Sometimes, a task needs gettin’ done and I’d rather just do it than invest the time to figure out how to do it in R. This has been the case for me with the “vlookup” function for the last couple of years. Well, today is the day that we’re gonna transfer responsibility of this chore to R.
For those of you who don’t know, vlookup is one of the many powerful built-in functions in Excel. It allows one to search through a data structure for rows that match some specified characteristic. And, it is then possible to pull information (from, say, some other column(s) in that data structure) for the matching rows. I realize that doesn’t sound so magical, but if you’ve never used it before… trust me, it will change your life (if only a smidge).
Let’s just go straight to an example. Start by creating this data frame in R:
If you call the “students” data frame, it will be a 7x3 object showing the numbers and teams for seven people. Now we have another data frame with scores for nine teams.
If you call “scores”, it’ll be a 9x3 object showing two scores for each team (named after a color). Rather predictably, we now want to get the scores for students in the first data frame. Start by making columns with missing values for inserting the scores.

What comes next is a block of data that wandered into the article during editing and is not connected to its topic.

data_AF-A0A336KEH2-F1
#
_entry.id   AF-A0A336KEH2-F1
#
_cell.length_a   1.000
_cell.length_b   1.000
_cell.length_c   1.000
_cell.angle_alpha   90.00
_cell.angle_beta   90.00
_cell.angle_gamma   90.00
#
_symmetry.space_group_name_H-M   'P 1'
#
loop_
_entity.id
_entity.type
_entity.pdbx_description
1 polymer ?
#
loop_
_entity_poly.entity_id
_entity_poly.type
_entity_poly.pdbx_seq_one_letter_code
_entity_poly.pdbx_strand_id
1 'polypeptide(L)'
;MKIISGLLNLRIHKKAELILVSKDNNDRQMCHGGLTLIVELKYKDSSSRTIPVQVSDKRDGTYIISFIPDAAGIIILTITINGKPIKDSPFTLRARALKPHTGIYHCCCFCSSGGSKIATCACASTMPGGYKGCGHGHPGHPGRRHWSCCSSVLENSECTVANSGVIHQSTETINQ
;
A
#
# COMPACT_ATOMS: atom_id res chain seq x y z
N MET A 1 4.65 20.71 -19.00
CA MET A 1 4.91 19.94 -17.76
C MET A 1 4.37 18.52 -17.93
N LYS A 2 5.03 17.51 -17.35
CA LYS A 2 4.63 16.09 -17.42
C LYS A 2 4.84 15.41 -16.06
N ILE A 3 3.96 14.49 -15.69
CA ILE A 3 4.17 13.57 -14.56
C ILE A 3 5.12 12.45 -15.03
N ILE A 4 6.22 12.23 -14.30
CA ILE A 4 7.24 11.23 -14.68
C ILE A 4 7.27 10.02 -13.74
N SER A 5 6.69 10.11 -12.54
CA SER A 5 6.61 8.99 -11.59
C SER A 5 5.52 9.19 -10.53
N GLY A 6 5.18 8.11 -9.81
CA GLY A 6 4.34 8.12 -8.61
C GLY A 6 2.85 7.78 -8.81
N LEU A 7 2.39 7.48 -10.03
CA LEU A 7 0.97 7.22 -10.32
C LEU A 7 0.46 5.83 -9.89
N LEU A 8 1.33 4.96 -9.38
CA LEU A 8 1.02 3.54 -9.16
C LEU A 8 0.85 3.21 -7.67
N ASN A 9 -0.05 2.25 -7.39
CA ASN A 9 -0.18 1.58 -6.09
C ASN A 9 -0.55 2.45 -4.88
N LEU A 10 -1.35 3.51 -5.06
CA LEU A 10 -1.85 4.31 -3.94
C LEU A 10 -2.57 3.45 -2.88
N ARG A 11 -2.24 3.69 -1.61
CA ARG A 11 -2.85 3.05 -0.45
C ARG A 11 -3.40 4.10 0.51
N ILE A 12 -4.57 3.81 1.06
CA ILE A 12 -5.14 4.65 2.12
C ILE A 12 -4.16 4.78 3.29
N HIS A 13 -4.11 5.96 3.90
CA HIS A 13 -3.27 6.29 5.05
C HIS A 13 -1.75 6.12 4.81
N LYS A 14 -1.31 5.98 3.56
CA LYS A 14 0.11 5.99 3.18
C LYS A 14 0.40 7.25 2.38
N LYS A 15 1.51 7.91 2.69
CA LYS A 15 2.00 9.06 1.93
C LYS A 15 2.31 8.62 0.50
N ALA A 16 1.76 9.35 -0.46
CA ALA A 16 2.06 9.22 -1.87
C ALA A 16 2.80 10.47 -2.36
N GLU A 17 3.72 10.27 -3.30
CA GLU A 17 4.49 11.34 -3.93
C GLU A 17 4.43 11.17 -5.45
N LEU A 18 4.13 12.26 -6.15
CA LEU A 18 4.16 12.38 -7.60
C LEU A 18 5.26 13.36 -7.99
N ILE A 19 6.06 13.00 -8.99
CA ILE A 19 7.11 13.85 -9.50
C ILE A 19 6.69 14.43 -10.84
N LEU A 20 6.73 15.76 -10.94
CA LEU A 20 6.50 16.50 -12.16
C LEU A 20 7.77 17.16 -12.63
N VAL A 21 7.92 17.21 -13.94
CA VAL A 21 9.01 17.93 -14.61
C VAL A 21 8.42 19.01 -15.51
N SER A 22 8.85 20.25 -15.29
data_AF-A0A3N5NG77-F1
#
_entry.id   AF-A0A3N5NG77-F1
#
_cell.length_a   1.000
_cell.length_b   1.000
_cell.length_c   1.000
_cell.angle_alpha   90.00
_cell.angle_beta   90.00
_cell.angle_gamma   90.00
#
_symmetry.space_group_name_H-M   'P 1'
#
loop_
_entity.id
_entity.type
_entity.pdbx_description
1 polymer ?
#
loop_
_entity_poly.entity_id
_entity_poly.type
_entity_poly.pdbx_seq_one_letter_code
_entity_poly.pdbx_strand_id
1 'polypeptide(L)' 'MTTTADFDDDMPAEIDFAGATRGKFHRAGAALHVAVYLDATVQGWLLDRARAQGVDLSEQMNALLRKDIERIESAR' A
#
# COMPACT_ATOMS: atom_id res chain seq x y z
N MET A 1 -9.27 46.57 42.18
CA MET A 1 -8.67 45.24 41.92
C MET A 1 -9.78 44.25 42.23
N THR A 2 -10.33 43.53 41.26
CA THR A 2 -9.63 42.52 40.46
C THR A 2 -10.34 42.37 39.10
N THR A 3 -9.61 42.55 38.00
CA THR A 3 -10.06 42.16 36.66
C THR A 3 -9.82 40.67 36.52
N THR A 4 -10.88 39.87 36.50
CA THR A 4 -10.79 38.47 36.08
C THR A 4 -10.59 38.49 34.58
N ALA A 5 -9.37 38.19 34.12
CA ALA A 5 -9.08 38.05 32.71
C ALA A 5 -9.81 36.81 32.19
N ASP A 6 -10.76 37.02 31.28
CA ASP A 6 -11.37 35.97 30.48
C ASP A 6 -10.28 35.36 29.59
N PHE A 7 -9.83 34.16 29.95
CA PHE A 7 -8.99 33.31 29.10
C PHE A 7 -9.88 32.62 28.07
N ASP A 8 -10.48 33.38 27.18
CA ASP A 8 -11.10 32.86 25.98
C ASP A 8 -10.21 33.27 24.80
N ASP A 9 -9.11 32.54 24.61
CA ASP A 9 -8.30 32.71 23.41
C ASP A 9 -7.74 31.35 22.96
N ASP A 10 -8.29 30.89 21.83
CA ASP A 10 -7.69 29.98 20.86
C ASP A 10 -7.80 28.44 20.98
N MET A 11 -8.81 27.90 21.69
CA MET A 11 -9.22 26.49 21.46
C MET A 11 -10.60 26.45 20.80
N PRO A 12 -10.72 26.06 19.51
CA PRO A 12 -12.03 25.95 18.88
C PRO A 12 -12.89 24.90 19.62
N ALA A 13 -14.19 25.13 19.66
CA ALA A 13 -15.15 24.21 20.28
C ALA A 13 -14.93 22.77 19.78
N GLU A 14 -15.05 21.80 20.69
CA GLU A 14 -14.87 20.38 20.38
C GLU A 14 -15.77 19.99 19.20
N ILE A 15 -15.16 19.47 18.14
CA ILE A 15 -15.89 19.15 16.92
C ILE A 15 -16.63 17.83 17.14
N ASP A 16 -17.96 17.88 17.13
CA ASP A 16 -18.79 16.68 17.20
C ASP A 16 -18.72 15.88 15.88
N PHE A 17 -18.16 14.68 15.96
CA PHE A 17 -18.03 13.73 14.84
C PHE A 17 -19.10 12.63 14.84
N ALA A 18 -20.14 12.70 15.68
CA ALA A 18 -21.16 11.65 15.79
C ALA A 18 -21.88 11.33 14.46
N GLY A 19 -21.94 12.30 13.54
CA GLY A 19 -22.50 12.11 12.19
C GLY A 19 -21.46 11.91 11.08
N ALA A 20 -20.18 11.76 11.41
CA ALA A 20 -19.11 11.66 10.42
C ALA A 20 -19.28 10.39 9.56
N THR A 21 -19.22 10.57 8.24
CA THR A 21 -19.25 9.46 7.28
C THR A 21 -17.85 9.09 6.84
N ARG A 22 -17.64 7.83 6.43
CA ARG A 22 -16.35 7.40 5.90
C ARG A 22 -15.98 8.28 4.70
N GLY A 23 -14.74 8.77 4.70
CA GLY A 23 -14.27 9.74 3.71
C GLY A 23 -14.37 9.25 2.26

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Here’s where the work is done. Match the two data frames by their common values and declare which values you want to take out of the scores data frame to put in the students data frame. We do this for both scores below:
Call the students data frame to check that everything worked.
You do have to be careful about the ordering of variables in the ‘match()’ function. If you get it backwards, it’ll break because the vector of data to be inserted does not fit the dimensions of the target data frame.
I admit, this doesn’t cover all the bells and whistles of vlookup but it’s good enough for most uses. And you didn’t even have to open Excel.